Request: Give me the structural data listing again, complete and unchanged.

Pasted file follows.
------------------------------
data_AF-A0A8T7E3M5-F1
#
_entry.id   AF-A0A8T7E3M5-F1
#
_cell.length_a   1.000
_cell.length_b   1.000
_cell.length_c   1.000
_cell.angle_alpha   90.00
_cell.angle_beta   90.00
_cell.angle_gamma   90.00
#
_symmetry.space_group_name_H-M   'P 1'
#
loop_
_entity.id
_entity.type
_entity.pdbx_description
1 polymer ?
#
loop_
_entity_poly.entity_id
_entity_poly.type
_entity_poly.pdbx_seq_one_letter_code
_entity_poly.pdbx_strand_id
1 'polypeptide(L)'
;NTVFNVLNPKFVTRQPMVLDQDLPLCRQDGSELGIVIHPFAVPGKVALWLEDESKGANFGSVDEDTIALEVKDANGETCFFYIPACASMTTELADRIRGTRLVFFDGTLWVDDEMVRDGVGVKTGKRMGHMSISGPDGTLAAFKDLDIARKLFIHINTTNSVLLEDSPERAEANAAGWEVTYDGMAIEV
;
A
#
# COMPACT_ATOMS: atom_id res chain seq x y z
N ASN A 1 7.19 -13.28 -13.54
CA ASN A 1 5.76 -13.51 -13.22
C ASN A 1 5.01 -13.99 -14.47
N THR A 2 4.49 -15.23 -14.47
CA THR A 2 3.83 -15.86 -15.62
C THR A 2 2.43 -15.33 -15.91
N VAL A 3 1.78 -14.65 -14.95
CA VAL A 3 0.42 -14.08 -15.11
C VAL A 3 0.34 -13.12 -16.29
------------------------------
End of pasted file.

data_AF-A0A8T7E3M5-F1
#
_entry.id   AF-A0A8T7E3M5-F1
#
_cell.length_a   1.000
_cell.length_b   1.000
_cell.length_c   1.000
_cell.angle_alpha   90.00
_cell.angle_beta   90.00
_cell.angle_gamma   90.00
#
_symmetry.space_group_name_H-M   'P 1'
#
loop_
_entity.id
_entity.type
_entity.pdbx_description
1 polymer ?
#
loop_
_entity_poly.entity_id
_entity_poly.type
_entity_poly.pdbx_seq_one_letter_code
_entity_poly.pdbx_strand_id
1 'polypeptide(L)'
;NTVFNVLNPKFVTRQPMVLDQDLPLCRQDGSELGIVIHPFAVPGKVALWLEDESKGANFGSVDEDTIALEVKDANGETCFFYIPACASMTTELADRIRGTRLVFFDGTLWVDDEMVRDGVGVKTGKRMGHMSISGPDGTLAAFKDLDIARKLFIHINTTNSVLLEDSPERAEANAAGWEVTYDGMAIEV
;
A
#
# COMPACT_ATOMS: atom_id res chain seq x y z
N ASN A 1 7.19 -13.28 -13.54
CA ASN A 1 5.76 -13.51 -13.22
C ASN A 1 5.01 -13.99 -14.47
N THR A 2 4.49 -15.23 -14.47
CA THR A 2 3.83 -15.86 -15.62
C THR A 2 2.43 -15.33 -15.91
N VAL A 3 1.78 -14.65 -14.95
CA VAL A 3 0.42 -14.08 -15.11
C VAL A 3 0.34 -13.12 -16.29